Your online reputation score is your new credit score …
Today, I’d like to share with you what I’ve learned about the care and maintenance of your on-line reputation; in essence, how the on-line “virtual you” can greatly impact the living, breathing you – now and in the future. How great an impact? Look at it like this: “Your online reputation score is your new credit score.” (Reputation.com). If you are wondering where the data comes from to create this new “credit score”, I have two words for you: Data Broker.
Before researching my earlier post Are You Keeping Track of Being Tracked, I didn’t give much thought to “data brokering”, a largely covert and self-regulated industry that exists to generate valuable profiles from your online activity and sell them to … well, anyone (yes, anyone). Hmm, and you thought that all those friendly invitations to join social networks, purchases on EBay, special coupons, nifty apps, and Internet surfing ended there? Nope.
To get a snapshot of the type of personal and professional information that is being collected from your on-line activity, check out Meet the Online Snoops Selling Your Dirty Laundry and How to Stop Them, as featured in my previous post Where Does Your On-line Information Go? Ask a Data Broker.
At first glance, you might say to yourself “I don’t have anything out there that I need to hide” … and actually, I said this to myself. Upon deeper reflection, I realized that a virtual presence or on-line reputation needs to be cared for the same way as you would take care of your real-world reputation. If not, you run the risk of having your good name smeared with inaccurate (remember, data brokers are generating “connect-the-dot” profiles about on your on-line activities, social networks, grocery purchases, travel, etc.) data that could have far reaching consequences. Here are seven steps that I’ve used myself, hopefully they will be useful to you too:
7 steps to make your online reputation sparkle & shine …
1. To get a handle on how your personal and professional data is collected, analyzed, stored and sold at a profit, please read the two blogs I posted earlier this week: Are You Keeping Track of Being Tracked and Where Does Your On-line Information Go? Ask a Data Broker
2. Do a Google search for your name and pay close attention to the search results. For example, I found two active social networks that I thought were deleted last year and one network that displayed private information about me that I preferred remain private (I have since contacted the group and the data will be removed in about a week). For tips on to keep your private information safe and secure on Facebook, checkout How to Protect Your Private Information on Facebook, and for LinkedIn, you might enjoy reading Make your LinkedIn Profile an Online Reputation Management Tool.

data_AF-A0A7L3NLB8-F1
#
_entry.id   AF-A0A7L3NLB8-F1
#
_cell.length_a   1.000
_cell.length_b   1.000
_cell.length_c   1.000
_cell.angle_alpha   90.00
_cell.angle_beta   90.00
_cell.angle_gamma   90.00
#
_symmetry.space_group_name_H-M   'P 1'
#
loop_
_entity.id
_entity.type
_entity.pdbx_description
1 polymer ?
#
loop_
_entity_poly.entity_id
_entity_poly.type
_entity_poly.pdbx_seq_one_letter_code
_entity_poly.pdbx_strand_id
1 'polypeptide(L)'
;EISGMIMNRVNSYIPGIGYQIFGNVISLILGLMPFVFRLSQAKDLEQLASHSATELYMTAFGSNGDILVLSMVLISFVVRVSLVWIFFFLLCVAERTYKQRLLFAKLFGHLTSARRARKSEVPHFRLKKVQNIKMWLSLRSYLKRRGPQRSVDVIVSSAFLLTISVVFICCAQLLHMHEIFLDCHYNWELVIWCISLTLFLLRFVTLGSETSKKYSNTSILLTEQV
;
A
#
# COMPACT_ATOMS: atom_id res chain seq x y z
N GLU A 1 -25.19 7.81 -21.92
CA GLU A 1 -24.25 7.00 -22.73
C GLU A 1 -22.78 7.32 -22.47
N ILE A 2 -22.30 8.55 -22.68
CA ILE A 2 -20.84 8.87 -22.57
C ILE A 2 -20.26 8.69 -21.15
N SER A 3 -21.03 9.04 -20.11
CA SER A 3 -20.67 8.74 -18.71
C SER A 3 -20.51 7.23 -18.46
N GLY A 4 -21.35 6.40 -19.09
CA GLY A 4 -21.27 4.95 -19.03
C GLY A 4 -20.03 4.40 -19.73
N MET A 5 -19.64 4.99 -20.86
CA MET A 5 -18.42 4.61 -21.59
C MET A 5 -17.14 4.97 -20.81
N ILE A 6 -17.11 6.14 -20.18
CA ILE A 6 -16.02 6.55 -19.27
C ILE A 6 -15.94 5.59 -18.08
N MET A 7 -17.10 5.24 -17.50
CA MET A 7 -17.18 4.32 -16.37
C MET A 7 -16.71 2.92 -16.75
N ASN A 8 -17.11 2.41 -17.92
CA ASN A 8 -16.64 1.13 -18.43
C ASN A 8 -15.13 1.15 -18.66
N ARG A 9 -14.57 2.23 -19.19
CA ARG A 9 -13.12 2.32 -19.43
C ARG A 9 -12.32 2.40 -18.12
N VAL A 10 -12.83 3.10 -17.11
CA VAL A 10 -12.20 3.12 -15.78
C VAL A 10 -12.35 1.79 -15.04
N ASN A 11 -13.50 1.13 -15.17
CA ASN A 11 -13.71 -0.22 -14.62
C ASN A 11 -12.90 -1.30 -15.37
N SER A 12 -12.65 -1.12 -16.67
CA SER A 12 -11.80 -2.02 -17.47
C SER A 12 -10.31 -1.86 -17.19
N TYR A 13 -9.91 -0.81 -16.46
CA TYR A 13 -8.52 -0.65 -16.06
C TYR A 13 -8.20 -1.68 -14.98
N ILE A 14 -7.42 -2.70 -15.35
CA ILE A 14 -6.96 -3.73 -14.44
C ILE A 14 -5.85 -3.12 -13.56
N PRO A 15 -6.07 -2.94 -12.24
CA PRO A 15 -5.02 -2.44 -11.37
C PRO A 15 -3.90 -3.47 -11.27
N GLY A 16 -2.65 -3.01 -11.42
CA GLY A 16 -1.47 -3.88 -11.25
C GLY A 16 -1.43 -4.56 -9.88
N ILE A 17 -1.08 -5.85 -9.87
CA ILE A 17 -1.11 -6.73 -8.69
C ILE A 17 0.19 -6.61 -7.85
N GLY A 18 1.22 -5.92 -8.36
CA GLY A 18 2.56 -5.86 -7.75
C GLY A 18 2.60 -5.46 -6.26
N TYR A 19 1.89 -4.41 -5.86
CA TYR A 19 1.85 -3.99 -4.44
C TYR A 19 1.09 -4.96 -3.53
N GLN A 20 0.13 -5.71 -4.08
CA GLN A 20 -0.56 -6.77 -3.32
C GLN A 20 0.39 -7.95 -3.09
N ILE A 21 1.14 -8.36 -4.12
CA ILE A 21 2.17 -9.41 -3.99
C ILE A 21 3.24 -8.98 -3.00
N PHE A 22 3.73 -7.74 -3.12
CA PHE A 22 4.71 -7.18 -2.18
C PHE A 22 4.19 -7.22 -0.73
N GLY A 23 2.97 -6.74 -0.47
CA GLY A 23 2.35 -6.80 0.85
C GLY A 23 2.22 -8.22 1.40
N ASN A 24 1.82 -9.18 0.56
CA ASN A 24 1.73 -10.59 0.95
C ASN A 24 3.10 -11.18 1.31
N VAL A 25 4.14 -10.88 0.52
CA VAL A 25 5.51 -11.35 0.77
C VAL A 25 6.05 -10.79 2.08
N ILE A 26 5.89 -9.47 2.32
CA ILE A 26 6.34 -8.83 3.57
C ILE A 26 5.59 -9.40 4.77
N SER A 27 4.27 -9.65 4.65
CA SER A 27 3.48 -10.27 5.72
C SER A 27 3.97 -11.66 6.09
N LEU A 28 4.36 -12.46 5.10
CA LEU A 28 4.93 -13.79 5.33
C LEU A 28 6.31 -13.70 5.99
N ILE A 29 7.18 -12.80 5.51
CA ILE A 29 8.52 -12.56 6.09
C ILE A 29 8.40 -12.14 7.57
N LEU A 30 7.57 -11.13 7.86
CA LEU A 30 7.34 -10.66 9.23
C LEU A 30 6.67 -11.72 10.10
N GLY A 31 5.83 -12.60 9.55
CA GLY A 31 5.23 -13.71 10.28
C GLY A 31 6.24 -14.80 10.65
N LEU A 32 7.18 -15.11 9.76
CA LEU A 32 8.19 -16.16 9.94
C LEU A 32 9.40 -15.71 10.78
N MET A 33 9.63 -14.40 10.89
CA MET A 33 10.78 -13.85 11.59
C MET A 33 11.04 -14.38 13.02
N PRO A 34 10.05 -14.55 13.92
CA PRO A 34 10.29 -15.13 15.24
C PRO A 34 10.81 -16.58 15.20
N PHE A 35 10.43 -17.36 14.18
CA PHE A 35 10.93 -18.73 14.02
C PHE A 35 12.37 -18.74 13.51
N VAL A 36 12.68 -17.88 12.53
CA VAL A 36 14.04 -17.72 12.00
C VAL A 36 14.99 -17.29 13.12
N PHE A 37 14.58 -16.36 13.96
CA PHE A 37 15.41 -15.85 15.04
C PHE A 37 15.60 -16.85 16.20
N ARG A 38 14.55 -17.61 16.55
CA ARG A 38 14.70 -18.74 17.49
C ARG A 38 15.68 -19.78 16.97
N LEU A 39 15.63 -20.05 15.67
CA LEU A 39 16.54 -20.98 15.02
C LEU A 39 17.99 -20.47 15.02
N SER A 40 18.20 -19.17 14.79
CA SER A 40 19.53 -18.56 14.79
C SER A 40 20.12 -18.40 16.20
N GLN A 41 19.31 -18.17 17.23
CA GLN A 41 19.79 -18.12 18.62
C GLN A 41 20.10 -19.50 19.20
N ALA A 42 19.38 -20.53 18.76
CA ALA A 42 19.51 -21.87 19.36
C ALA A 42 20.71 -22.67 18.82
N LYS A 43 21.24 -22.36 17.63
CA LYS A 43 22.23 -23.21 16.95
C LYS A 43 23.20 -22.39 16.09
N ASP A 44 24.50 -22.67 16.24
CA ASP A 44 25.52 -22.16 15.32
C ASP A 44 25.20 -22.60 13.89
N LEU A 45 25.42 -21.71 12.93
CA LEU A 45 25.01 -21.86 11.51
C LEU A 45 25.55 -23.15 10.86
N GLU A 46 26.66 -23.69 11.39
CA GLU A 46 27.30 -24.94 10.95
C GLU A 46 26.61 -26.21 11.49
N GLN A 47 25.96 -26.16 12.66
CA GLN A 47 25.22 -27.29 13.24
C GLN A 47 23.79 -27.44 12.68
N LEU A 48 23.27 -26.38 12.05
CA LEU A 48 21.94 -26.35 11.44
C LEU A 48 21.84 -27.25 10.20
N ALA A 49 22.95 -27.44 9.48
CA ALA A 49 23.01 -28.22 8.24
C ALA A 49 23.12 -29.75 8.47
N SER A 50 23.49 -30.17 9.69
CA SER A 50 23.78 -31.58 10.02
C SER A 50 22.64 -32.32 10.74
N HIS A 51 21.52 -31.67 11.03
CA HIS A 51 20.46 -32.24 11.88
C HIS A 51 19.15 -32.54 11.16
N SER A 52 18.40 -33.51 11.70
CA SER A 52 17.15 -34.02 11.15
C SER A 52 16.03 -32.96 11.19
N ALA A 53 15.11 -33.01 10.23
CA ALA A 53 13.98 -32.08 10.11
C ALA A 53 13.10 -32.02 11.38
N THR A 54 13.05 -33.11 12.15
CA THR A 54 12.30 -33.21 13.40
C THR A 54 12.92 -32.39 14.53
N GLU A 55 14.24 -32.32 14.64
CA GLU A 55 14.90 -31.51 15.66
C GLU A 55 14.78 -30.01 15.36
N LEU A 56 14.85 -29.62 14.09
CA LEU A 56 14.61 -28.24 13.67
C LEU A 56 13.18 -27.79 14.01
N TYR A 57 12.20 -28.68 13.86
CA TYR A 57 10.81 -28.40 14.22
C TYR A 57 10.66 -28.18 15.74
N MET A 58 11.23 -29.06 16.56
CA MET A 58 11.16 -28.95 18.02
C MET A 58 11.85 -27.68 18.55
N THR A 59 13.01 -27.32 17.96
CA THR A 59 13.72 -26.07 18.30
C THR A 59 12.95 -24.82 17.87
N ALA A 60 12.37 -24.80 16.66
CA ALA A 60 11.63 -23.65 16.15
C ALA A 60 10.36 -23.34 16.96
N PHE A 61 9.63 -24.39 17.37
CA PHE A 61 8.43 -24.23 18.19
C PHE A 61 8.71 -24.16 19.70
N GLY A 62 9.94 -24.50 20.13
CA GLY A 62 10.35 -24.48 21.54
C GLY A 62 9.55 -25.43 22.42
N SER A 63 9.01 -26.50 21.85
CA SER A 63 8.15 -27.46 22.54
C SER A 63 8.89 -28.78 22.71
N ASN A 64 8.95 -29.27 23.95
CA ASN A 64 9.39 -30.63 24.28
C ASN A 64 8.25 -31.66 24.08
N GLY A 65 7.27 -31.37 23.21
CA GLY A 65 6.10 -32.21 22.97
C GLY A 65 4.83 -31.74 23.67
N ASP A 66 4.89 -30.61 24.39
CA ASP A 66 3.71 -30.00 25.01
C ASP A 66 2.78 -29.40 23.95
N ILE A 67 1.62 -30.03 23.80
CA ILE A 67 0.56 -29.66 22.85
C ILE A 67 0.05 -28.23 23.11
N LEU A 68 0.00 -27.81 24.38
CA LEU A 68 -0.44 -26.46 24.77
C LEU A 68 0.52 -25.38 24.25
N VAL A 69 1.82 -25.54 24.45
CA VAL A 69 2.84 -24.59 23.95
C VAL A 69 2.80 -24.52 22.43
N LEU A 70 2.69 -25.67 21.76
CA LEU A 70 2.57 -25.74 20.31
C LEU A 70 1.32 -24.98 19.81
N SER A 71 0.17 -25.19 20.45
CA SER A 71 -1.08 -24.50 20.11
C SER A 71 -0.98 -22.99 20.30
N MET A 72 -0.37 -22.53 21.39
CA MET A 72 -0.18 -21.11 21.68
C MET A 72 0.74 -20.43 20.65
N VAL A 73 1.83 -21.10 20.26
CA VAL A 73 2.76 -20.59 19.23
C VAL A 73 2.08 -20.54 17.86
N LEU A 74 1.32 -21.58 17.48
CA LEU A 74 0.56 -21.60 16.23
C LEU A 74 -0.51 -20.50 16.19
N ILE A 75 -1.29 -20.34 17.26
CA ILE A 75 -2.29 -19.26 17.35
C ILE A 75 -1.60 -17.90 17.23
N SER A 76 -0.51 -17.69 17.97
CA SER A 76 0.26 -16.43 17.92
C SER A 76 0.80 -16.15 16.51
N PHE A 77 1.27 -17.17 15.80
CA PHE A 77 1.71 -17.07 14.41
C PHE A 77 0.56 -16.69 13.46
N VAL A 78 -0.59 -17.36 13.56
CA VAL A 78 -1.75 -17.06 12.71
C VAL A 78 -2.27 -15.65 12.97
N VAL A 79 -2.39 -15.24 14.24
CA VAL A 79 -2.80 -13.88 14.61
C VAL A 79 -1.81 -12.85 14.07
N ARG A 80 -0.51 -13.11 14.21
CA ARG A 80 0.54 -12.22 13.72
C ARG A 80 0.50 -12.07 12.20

3. Sign-up for Google Alerts to notify you when your name comes up anytime, anywhere on the Internet. I did this last week and so far, I’ve received three or four notifications. Remember to select “All Results” and “Once a day” delivery frequency (unless you have a very active on-line presence).
4. Today, I signed up for another Google tool called Google Me on the Web, as recommended by Jack Wallen in his article Five Tools to Monitor and Manage Your Online Reputation. According to Wallen, the beauty of this tool is that it can also help you remove unwanted content. Other tools include Reputation.com, Naymz, Whos Talkin, and Yasni. I am familiar with Reputation.com and anticipate that as people start to catch on about how their on-line data is being collected, analyzed, stored and sold by data brokers; an impressive flurry of new companies will emerge to tackle reputation maintenance concerns head on.
5. As you may have surmised, Google and other search engines will not simply remove negative content from the web upon your request, so it is important to keep your Internet presence strong and positive. According to Andy Beal, the chief executive of Trackur, the best course of action is “to focus on publishing content about yourself that you can control, and that portrays you in a positive light”. Why does this work? Because a cascade of positive messages will simply push a lesser number of negative messages further down in the search results. (Hmm, sounds pretty rudimentary to me, so I’ll look forward to a lightening-rod Silicon Valley company finding another solution!).
6. Next, I’ve noticed the concept of “claiming your internet property” come up again and again in articles and other research. What does this mean? It means buying the website domain name that pertains to your name. For example, I own my the domain name, and some people even take the extra step of acquiring an assortment (.org, .me. us, etc.) of domain extensions.
7. Put a regular on-line reputation maintenance program in place. I did this and plan to review my strategy every three to four months. I’ll certainly sleep better at night knowing that I have done what I can to keep my online data and reputation as fresh and clean as an ocean breeze (you get the picture).
Managing the online you …
So there you have it. An overview of Managing the Online You in three blogs:
- Are You Keeping Track of Being Tracked
- Where Does Your On-line Information Go? Ask a Data Broker
- 7 Steps to Make your On-line Reputation Sparkle & Shine
On a closing note, we all know that both the good and bad aspects of the net continually evolve. To protect yourself, always learn and always be vigilant.